[Assam] Memoir about Assam by Dr Amrit Baruah
Rajen and Ajanta Barua
barua25 at hotmail.com
Sun Jul 27 10:38:46 IST 2008
Presenting here a Memoir about Assam written by Dr. Amrit Baruah of Maryland. It is a brief memoir (34 pages) about growing up in Assam during the 1930s, newly titled "Assam, India: Valley of Tea and Temples." The memorir was originally published under the title of "My Valley-Once Upon a Time".
Here are some background of Dr Baruah and how he came to write about his valley.
Once upon a time, in the thirtees, Dr. Amrit Baruah was born and grew up in Jorhat, the heart of the Assam valley, among modern tea gardens and ancient temples, when Assam may be considered a 'Shangrila' during the last days of British Raj. Then came the war which touched even a sleepy town like Jorhat. Then one day, when he was sixteen, Baruah left this valley for higher studies to Calcutta. Hardly did the boy realise that he left the valley for good. Since then he spent his time and life outside of Assam. In Bengal he came close to Rabindranath Tegore and to the Bengali culture. Then in 1952 he left for USA being one of the early Indian immigrants to this country. He studied in Harvard and Boston, and later taught in universities, worked in mental health area and community organisation, and have been living in the USA ever since. ....
And what happened to the valley, the Shangrila Assam, that he left behind? Did it haunt him from time to time? When he was in his own moments, it must have...
In this short personal memorir, Dr. Baruah tries to capture that old Assam, Assam that was once upon a time, Assam that we all lost. Baruah is a sensitive writer. He srtarts his memorir with the following sentences which bring to us vividly not only the reality but also the simplicity of that valley that was once upon a time.......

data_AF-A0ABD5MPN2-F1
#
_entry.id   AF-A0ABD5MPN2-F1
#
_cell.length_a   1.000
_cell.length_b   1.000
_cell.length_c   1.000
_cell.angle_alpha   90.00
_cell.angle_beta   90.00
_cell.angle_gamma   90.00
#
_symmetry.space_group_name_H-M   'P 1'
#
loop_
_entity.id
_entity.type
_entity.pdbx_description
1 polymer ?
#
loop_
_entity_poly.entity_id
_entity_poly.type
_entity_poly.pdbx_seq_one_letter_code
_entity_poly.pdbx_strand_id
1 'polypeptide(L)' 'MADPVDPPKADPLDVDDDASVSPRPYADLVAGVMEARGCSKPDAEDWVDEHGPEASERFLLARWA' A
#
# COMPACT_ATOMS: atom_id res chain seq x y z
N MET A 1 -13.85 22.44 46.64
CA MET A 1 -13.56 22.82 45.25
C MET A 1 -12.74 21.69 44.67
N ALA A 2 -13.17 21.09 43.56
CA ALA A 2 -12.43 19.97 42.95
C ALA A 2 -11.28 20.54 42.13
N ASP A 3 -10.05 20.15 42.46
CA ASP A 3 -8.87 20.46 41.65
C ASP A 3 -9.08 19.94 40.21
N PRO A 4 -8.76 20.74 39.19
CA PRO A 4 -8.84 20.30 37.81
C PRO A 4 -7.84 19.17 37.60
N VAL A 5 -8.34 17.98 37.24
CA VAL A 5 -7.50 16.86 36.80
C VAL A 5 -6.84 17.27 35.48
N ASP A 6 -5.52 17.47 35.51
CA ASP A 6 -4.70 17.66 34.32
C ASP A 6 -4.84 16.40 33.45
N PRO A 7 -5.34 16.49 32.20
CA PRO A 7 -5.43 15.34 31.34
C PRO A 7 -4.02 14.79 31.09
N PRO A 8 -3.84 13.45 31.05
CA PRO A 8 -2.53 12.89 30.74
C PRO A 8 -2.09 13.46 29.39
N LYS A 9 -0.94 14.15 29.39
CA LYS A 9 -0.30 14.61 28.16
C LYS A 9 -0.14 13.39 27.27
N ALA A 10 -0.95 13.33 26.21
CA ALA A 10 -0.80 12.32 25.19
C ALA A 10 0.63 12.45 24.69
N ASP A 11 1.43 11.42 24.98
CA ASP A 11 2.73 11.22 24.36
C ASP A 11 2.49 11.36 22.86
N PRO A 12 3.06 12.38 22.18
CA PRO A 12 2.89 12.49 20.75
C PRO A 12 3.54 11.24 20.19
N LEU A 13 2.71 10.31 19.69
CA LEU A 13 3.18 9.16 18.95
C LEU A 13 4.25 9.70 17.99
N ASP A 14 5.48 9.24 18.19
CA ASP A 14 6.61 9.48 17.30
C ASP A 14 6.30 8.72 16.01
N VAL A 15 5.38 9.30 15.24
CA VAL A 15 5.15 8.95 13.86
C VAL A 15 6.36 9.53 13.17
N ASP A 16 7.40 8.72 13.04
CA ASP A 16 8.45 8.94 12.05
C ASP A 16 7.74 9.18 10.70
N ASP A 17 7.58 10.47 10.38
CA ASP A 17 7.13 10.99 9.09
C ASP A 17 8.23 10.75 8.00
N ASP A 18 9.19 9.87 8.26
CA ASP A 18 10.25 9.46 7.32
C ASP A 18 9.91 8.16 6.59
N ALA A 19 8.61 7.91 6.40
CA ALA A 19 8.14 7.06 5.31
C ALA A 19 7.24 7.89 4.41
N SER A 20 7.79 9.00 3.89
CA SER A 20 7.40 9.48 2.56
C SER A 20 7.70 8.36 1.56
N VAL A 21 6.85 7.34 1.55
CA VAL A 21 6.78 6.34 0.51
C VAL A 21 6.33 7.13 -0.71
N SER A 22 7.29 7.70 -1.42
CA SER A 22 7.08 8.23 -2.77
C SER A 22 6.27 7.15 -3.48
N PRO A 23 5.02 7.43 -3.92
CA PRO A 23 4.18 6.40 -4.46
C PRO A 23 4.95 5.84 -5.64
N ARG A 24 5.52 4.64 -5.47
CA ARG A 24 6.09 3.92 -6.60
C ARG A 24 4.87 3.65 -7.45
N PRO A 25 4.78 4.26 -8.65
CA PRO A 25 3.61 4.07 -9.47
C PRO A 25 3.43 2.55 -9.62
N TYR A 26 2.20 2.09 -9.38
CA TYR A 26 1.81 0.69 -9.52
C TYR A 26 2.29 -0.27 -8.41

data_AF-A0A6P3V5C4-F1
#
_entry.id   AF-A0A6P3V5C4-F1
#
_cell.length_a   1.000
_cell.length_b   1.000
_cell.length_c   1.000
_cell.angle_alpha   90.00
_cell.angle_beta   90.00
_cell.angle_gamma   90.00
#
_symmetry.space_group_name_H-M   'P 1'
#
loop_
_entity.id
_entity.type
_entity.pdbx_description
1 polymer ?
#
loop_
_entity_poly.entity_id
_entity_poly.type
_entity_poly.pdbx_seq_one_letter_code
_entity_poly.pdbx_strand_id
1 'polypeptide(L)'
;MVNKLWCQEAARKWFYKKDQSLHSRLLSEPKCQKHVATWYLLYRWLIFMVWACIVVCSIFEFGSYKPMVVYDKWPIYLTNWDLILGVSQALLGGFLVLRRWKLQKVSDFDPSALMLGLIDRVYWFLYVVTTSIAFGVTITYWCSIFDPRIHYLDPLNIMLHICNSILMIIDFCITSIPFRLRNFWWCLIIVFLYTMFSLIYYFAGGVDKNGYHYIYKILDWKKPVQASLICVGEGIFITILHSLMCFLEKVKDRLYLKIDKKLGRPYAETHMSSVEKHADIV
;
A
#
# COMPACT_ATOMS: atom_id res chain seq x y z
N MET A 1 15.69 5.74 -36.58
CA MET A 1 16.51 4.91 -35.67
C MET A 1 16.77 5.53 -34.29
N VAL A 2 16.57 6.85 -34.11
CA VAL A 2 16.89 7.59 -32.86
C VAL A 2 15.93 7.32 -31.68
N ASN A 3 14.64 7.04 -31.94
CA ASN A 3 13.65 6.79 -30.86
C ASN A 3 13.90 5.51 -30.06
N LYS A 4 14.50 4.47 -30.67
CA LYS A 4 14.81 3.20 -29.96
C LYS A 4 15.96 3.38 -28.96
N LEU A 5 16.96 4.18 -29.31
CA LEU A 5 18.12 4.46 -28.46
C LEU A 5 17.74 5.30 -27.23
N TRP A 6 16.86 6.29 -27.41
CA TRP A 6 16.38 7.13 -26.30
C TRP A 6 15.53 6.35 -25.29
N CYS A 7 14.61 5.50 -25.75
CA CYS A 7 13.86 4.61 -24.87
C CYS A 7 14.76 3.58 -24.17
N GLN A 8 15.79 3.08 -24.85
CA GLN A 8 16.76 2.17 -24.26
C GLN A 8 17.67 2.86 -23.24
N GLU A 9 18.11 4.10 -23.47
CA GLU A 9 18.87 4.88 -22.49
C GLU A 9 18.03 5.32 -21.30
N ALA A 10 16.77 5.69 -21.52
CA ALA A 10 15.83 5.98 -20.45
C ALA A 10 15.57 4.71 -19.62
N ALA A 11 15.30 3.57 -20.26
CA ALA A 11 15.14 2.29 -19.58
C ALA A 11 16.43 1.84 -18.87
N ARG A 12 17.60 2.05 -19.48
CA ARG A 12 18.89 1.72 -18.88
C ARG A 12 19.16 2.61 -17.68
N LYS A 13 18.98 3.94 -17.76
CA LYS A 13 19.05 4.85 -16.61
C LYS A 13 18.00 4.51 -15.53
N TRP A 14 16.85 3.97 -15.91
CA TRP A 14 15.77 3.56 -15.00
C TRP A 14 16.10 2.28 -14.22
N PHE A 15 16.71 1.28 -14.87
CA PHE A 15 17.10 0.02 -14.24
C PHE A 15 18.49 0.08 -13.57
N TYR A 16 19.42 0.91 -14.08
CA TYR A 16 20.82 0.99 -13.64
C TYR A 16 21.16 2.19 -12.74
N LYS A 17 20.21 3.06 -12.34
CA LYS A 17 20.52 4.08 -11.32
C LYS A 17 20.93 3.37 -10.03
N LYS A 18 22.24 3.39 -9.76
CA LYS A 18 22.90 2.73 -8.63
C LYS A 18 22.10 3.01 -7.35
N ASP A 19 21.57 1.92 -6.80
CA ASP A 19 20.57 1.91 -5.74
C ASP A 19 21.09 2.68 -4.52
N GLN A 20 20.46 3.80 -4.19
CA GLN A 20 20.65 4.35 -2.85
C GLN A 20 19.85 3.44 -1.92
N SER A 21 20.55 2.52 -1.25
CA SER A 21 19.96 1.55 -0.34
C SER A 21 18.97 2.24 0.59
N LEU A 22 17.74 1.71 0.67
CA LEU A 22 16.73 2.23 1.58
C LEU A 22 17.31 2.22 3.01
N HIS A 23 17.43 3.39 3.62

"Cheuni Ali was an important road of that valley. Mostly, it just lay there with its dusty surface. After a rain, it would turn to mud. Occasionally, a bullock cart would pass on it carrying a family or hay. On special hut (fair) days, a small crowd would traverse it carrying baskets on their heads...... Unlike the formidable highways, freeways, and beltways of America that make a deliberate attempt to bypass human habitations, Cheuni Ali went right thorugh the daily lives and dramas of village people. Rice fields with that necessary stagnant water were only ten feet away; the family pond of the villager was only some yards from the road...."
The memoir may be viewed (and downloaded from) the scribd.com site on the Internet. The address for doing so is:
Hope you will enjoy reading the memoir. Please give your comments.
More information about the assam